Friday, 17 November 2017
Book of the Month: London Falling by Paul Cornell
London Falling is the first of a series of novels about a team of London police officers who have been granted an insight into the supernatural world around them and a wider occult conspiracy that wraps the capital in its folds.
Cornell is already well-known in the Doctor Who fraternity. I've never been a huge Doctor Who fan, other than during the Tom Baker era. Once Baker handed the baton on to Peter Davison I lost interest, as I felt Davison was a cad and a fool (an impression reinforced somewhat having met him in the flesh). Cornell wrote an early Doctor Who novel and the screen plays for a number of Doctor Who episodes as well as episodes of the BBC's Robin Hood series which aired in 2006-2007. Heck, he's even written for DC Comics and Marvel. His experience of writing screen plays for UK medical dramas has stood him in good stead for this exercise.
Cornell is a pretty prolific writer then, but he's got a good grasp of the dark underbelly of British criminal society (there's plenty of true crime on British TV and in the newspapers to draw from) and his portrayal of the politics and procedures that beset the Metropolitan Police comes across as extremely authentic.
In London Falling four police officers with very different personal backgrounds become involved in a terrifying urban fantasy as part of an undercover operation to capture a notorious London underworld figure. Two of them are actually working as undercover officers within the organisation in question, while another is coordinating the whole thing (Operation Goodfellow, if I remember correctly). When things all go horribly wrong, they end up as part of a spin off operation, Operation Toto, which starts looking into the more unexplained aspects of the case.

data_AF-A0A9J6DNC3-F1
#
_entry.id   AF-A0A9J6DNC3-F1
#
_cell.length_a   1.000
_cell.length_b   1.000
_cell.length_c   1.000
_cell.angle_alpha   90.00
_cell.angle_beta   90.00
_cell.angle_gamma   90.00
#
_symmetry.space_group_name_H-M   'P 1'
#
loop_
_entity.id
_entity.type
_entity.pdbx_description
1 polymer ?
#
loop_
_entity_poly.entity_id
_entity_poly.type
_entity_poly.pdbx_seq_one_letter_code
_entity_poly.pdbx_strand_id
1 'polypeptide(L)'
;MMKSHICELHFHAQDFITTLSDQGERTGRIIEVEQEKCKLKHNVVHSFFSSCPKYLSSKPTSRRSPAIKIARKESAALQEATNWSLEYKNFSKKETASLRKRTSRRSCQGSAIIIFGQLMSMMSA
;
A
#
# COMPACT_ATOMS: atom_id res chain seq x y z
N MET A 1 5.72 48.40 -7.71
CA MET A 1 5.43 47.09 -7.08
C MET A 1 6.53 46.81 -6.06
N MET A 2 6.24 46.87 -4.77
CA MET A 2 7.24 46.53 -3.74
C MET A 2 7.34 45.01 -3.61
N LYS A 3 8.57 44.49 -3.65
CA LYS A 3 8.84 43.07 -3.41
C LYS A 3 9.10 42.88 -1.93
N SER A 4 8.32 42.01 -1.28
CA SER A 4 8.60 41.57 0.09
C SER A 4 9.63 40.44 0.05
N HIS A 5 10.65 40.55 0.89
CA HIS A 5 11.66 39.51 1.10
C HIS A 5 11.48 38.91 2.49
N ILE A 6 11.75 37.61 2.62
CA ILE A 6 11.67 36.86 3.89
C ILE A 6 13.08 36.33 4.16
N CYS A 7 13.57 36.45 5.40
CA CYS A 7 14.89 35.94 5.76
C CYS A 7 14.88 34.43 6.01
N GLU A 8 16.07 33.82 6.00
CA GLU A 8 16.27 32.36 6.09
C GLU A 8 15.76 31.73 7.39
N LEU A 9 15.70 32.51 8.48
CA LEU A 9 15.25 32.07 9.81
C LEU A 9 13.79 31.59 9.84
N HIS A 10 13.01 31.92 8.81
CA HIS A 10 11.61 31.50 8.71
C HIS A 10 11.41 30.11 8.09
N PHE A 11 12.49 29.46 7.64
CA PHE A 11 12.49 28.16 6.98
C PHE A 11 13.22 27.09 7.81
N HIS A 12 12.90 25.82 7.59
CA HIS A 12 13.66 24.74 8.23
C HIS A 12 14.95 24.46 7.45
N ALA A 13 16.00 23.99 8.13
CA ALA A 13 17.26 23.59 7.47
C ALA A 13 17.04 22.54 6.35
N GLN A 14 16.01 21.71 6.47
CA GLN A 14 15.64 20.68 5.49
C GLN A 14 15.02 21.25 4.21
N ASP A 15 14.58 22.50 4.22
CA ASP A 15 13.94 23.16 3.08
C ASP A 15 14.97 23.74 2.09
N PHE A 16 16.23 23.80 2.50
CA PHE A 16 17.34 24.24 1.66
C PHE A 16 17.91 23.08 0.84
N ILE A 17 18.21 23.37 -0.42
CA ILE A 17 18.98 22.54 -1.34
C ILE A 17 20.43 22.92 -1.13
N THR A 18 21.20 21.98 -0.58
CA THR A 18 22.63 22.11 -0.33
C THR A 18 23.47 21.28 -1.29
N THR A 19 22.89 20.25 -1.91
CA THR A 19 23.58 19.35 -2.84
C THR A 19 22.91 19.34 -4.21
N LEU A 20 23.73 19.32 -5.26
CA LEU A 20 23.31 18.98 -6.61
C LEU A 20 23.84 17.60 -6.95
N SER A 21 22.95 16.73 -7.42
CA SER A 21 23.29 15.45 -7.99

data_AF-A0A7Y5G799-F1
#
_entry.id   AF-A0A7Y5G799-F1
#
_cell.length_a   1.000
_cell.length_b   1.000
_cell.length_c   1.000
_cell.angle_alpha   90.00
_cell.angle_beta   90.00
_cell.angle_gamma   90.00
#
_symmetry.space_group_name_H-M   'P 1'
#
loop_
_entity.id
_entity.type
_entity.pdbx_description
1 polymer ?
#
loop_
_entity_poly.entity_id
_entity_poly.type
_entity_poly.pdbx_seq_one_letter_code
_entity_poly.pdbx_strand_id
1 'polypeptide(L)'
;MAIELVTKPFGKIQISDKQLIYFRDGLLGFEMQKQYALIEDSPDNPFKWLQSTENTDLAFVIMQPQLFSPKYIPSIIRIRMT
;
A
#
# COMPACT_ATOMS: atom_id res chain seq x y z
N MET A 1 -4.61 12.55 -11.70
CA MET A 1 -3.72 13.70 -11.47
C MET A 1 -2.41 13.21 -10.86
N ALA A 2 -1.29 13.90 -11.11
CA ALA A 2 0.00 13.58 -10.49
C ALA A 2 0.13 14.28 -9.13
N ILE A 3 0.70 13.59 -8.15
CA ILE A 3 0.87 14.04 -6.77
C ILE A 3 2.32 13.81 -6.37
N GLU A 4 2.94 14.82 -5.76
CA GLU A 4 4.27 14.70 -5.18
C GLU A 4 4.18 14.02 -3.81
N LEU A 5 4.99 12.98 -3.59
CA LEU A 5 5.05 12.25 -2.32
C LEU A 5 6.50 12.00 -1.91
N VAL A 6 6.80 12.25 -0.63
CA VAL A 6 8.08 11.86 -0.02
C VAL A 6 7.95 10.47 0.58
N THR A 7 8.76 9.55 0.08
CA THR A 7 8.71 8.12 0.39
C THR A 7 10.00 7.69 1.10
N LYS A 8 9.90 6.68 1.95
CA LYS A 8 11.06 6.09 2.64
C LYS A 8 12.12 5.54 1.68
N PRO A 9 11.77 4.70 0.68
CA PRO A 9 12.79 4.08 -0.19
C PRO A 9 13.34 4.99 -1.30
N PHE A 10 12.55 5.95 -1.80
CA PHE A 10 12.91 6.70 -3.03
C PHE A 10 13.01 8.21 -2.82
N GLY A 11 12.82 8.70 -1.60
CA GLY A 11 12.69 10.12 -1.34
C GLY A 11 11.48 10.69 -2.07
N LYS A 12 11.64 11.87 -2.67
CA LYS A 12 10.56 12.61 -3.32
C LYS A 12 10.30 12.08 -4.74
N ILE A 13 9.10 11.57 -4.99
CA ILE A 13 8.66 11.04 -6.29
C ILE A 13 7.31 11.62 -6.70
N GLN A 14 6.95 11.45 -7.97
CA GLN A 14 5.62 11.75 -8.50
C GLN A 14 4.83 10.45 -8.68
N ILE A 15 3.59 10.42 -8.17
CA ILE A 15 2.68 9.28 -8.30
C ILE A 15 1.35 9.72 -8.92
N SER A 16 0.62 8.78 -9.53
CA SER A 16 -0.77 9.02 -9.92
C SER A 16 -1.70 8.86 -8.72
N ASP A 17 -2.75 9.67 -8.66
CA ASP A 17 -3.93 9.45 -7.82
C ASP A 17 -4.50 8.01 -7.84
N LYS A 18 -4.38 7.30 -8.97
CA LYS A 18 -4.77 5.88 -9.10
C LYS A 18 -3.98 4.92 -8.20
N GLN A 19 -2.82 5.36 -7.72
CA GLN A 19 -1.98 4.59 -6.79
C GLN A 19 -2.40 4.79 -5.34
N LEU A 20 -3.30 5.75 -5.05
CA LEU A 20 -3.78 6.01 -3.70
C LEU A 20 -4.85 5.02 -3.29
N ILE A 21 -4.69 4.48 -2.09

It is tough to go into more detail about the plot without spoiling it, but from the first chapter you are caught up in a gritty and fast-moving story that goes on to encompass ghosts, demons, witches, familiars, human sacrifice and magic. And Premiership football! And beer, lots of beer.
Those who have read Neil Gaiman's Neverwhere will like London Falling, although I would say it is a little darker and shocking than Neverwhere, straying into the realm of horror more than once. Indeed, it feels a little more like Alan Moore's From Hell at times. If I was pinned down, I'd say it is almost as if Gaiman and Moore collaborated on something.
But this is also a book about London - the capital is the backdrop for a quest that takes the team into the depths of urbanomancy, the magic of places and of people (hence the echoes of From Hell). Players of Unknown Armies will be familiar with some of this, and I was regularly reminded of UA throughout the book.
I would heartily recommend the audio book if you can lay hands on it, as the narration by Damian Lynch is just fantastic. He gets the accents precisely right and really makes the characters jump off the page. It makes such a difference when a narrator is retained who can carry off different character accents.
London Falling is also the first in a series of novels collected under the moniker of the Shadow Police, and is followed by The Severed Streets, which came out in 2014. I will be...listening...to it.